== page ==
Is the dollar staging a comeback?
Since September 28, when it hit a more-than-twenty year high, the greenback has been suffering against all the other major currencies. It still holds the last place, even following Friday’s surprisingly upbeat economic releases, losing the most ground against the pound, the euro and the aussie.
This was due to market participants adopting the view that, with inflation slowing down faster than estimated, the Fed may not raise rate as high as it has itself projected and that it may be forced to push the cut button later this year; and all this despite policymakers adamantly sticking to their guns that interest rates will rise to slightly above 5% and that no rate cuts are on their playbook for this year.
At the latest meeting, Fed Chair Powell reiterated that same view but added that the disinflationary process has started and that if inflation comes down faster, that will be incorporated into their policy. So, with inflation consistently missing estimates lately, market participants became more confident that the Fed may soon admit that rate reductions could be possible towards the end of the year, and thereby added to their dollar short positions.Dollar shines on robust jobs and ISM data
However, the dollar took a 180-degree spin on Friday and rebounded strongly against all its counterparts, after the US employment report showed that the economy added an astounding 517k jobs in January, with the unemployment rate hitting a more than a 53-1/2-year low of 3.4%. On top of that, just after the jobs data, the ISM non-manufacturing PMI rebounded strongly back into expansionary territory, adding to hopes that the US economy may eventually avert a recession.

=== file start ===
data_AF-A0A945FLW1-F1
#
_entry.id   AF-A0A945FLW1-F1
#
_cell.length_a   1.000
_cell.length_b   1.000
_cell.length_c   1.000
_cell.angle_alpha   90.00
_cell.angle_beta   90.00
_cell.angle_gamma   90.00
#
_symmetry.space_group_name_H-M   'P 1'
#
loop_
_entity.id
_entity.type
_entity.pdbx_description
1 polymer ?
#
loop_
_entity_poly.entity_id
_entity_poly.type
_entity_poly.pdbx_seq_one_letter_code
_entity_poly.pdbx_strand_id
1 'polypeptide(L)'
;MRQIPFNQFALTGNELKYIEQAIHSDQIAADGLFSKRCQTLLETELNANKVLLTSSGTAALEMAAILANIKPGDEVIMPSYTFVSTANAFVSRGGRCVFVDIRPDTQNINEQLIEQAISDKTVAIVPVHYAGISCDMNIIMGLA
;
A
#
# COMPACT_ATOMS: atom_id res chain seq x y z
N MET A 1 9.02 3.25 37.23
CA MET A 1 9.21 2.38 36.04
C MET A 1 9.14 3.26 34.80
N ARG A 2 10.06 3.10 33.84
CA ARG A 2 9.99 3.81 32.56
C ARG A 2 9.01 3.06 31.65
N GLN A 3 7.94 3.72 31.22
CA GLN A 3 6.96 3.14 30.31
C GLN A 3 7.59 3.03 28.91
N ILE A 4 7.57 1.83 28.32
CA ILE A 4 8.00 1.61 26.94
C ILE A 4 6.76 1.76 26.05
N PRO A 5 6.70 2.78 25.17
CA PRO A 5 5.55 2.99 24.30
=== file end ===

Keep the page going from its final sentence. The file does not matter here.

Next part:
The massive buying of the dollar following Friday’s numbers confirms the notion that the market pays more attention to data rather than to Fed communication. Even when the Fed was sounding ultra-hawkish, the market was not listening. But after the data, they were pricing in a terminal rate of around 5.12%, more or less in line with the Fed’s median projection of 5.15%, while they saw only one quarter point rate cut later this year.Is the king back?
Does this mean that the dollar is back? That it reclaimed its throne as a king? What supports the case for some further recovery in the short run, may be that the dollar has fallen much steeper than the US Treasury yields due to Fed pivot bets, so when something points in the other direction, the currency may have some room to cover. Nonetheless, even if it strengthens a while longer, calling for a long-lasting recovery sounds premature at the moment. After all, just on Wednesday, Fed Chair Powell reiterated his disinflation remarks, prompting market participants to add back some rate-cut points.